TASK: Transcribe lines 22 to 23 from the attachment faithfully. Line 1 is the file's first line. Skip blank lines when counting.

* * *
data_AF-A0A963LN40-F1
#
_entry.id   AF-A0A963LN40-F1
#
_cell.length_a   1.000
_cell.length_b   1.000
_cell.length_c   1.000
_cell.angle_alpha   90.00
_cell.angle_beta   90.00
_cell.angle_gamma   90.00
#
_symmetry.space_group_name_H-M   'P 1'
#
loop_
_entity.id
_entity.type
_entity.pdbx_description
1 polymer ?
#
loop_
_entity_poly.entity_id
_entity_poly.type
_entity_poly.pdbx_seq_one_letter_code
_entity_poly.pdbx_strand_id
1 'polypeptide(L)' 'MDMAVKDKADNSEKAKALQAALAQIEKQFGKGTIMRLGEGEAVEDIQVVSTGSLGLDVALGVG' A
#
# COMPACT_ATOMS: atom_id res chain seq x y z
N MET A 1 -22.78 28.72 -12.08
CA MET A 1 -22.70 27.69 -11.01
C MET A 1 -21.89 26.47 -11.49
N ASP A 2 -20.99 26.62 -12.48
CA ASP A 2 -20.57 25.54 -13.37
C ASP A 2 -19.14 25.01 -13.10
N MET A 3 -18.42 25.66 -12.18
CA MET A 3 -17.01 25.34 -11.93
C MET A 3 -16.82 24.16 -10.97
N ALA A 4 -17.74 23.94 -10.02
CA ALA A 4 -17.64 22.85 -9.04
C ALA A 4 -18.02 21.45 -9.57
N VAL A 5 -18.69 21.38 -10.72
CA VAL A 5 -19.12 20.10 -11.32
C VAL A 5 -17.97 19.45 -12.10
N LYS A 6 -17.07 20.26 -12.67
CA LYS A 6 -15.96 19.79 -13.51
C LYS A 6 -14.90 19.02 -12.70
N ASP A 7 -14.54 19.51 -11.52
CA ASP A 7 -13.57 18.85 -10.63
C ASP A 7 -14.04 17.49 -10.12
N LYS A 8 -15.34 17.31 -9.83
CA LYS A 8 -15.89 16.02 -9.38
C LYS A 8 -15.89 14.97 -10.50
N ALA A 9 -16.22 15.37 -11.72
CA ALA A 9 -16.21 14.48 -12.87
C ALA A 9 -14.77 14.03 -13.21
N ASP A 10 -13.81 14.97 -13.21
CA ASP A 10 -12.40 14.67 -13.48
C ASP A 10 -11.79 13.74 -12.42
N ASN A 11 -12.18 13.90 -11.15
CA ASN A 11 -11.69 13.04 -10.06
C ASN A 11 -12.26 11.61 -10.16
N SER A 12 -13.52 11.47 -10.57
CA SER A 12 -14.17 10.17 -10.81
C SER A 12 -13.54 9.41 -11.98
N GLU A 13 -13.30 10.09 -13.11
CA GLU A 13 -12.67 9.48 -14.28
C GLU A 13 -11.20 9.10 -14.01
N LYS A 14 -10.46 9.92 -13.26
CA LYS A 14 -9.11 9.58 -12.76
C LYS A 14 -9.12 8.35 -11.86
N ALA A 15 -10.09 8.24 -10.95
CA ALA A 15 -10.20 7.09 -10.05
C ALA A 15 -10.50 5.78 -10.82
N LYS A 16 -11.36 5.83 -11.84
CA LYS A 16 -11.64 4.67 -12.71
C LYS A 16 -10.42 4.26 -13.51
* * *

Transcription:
_entity_poly.type
_entity_poly.pdbx_seq_one_letter_code